See a registered dietitian or nutritionist to help you make good choices and plan your meals. Many AIDS service organizations have registered dietitians on staff who will see you free of charge.
The health benefits of exercise and physical activity are well known. There are also a couple of small studies in HIV+ people showing that higher levels of physical activity lowered lipid levels. There are two types of exercise: cardiovascular (aerobic) and resistance (strength or weight training). Both can help improve the way your body processes cholesterol and blood sugar.
Cardiovascular exercise is any physical activity that raises your heart rate. Examples include walking at a fast pace, jogging, roller blading, dancing, and climbing stairs. At a gym you can also use treadmills, elliptical machines, and stair climbers.
Resistance training consists of using weights to improve muscle strength and growth. Examples include push-ups, squats, and the use of free weights and machines at the gym.
A regimen of an hour of strength or resistance training combined with 20 minutes of aerobic exercise three to four times a week has been shown to work for most people. It is a good idea to check with your health care provider if you are going to start an exercise program to make sure you get off to a good start and do not hurt yourself.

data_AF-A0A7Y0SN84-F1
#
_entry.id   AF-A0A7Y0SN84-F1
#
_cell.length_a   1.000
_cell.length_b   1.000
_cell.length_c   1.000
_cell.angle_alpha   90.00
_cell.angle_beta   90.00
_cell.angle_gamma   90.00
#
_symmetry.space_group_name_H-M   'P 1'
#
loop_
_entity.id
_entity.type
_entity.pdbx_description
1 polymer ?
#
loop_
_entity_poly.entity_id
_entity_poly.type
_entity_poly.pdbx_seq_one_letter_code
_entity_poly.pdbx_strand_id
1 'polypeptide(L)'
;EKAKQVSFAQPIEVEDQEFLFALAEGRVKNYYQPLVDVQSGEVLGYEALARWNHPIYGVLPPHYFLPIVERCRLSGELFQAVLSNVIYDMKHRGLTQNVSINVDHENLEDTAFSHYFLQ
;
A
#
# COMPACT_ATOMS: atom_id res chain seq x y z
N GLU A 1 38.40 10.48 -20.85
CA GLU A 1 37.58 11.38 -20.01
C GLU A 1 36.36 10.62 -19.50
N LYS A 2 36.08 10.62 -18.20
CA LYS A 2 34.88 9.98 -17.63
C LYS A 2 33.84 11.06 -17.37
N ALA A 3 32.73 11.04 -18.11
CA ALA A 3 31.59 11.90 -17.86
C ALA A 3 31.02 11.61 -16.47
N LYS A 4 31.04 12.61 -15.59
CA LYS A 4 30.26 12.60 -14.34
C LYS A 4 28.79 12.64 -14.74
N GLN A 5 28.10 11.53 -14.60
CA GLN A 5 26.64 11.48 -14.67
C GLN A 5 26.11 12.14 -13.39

If the triglyceride or “bad” cholesterol levels (LDL) do not go down with diet and physical activity, or if they are very high to start with, your health care provider may prescribe lipid-lowering drugs. Some of these medications interact with HIV drugs, so it is important that your health care provider review all your medications before prescribing anything.
Sometimes, even with a healthy diet and regular exercise, glucose cannot be controlled without the help of medications and/or insulin. There are a number of medications available that lower blood glucose levels. Because the medications work in different ways, they may be used together. Some of the diabetes medications may interact with HIV drugs. To reduce the chance of drug interactions, it is important that your health care provider be aware of all the medications you take.